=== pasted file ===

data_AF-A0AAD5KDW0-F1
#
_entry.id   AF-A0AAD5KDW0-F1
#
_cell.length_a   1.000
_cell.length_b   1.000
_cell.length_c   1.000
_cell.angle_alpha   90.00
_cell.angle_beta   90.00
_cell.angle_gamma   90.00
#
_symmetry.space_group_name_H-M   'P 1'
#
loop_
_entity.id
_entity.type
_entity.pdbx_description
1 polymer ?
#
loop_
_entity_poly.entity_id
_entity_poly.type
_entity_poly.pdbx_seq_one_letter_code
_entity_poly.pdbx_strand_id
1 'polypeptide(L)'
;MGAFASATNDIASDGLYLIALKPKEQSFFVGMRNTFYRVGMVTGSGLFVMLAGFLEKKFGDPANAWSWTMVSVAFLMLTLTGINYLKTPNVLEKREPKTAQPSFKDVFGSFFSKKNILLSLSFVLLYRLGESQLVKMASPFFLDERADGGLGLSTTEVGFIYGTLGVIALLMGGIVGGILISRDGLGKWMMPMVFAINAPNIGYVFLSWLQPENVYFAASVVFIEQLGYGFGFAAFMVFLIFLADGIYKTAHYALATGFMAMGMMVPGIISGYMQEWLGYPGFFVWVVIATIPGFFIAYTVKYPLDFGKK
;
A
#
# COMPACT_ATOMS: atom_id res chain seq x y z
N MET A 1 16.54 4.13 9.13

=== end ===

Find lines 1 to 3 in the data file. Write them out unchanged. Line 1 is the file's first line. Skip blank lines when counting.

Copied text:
data_AF-A0AAD5KDW0-F1
#
_entry.id   AF-A0AAD5KDW0-F1